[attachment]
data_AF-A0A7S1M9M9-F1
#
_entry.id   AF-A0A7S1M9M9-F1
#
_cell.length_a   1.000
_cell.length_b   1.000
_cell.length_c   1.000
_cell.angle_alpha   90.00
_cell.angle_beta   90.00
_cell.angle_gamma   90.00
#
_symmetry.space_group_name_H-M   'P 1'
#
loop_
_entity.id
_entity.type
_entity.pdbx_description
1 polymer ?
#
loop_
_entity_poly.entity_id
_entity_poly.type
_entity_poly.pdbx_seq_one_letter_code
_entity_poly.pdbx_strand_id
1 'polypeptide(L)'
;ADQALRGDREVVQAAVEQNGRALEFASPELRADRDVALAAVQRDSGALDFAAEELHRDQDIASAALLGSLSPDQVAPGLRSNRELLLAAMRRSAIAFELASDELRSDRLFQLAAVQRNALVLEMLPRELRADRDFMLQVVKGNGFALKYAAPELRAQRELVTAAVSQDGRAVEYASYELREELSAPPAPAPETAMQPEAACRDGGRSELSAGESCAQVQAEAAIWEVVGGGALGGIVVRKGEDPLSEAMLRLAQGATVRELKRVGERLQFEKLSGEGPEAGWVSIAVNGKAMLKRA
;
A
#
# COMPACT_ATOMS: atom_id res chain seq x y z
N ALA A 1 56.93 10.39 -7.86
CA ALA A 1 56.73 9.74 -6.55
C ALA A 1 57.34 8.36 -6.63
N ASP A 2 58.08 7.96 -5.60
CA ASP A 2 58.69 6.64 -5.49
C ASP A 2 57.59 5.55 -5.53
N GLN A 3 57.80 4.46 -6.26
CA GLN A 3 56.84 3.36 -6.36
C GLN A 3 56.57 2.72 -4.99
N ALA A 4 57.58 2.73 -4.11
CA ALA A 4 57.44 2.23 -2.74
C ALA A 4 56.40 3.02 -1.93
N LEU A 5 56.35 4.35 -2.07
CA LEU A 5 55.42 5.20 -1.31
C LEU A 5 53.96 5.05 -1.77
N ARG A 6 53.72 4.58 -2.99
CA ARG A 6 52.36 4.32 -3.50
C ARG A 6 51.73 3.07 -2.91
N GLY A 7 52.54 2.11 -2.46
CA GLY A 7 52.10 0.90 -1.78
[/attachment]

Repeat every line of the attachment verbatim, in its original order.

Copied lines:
data_AF-A0A7S1M9M9-F1
#
_entry.id   AF-A0A7S1M9M9-F1
#
_cell.length_a   1.000
_cell.length_b   1.000
_cell.length_c   1.000
_cell.angle_alpha   90.00
_cell.angle_beta   90.00
_cell.angle_gamma   90.00
#
_symmetry.space_group_name_H-M   'P 1'
#
loop_
_entity.id
_entity.type
_entity.pdbx_description
1 polymer ?
#
loop_
_entity_poly.entity_id
_entity_poly.type
_entity_poly.pdbx_seq_one_letter_code
_entity_poly.pdbx_strand_id
1 'polypeptide(L)'
;ADQALRGDREVVQAAVEQNGRALEFASPELRADRDVALAAVQRDSGALDFAAEELHRDQDIASAALLGSLSPDQVAPGLRSNRELLLAAMRRSAIAFELASDELRSDRLFQLAAVQRNALVLEMLPRELRADRDFMLQVVKGNGFALKYAAPELRAQRELVTAAVSQDGRAVEYASYELREELSAPPAPAPETAMQPEAACRDGGRSELSAGESCAQVQAEAAIWEVVGGGALGGIVVRKGEDPLSEAMLRLAQGATVRELKRVGERLQFEKLSGEGPEAGWVSIAVNGKAMLKRA
;
A
#
# COMPACT_ATOMS: atom_id res chain seq x y z
N ALA A 1 56.93 10.39 -7.86
CA ALA A 1 56.73 9.74 -6.55
C ALA A 1 57.34 8.36 -6.63
N ASP A 2 58.08 7.96 -5.60
CA ASP A 2 58.69 6.64 -5.49
C ASP A 2 57.59 5.55 -5.53
N GLN A 3 57.80 4.46 -6.26
CA GLN A 3 56.84 3.36 -6.36
C GLN A 3 56.57 2.72 -4.99
N ALA A 4 57.58 2.73 -4.11
CA ALA A 4 57.44 2.23 -2.74
C ALA A 4 56.40 3.02 -1.93
N LEU A 5 56.35 4.35 -2.07
CA LEU A 5 55.42 5.20 -1.31
C LEU A 5 53.96 5.05 -1.77
N ARG A 6 53.72 4.58 -2.99
CA ARG A 6 52.36 4.32 -3.50
C ARG A 6 51.73 3.07 -2.91
N GLY A 7 52.54 2.11 -2.46
CA GLY A 7 52.10 0.90 -1.78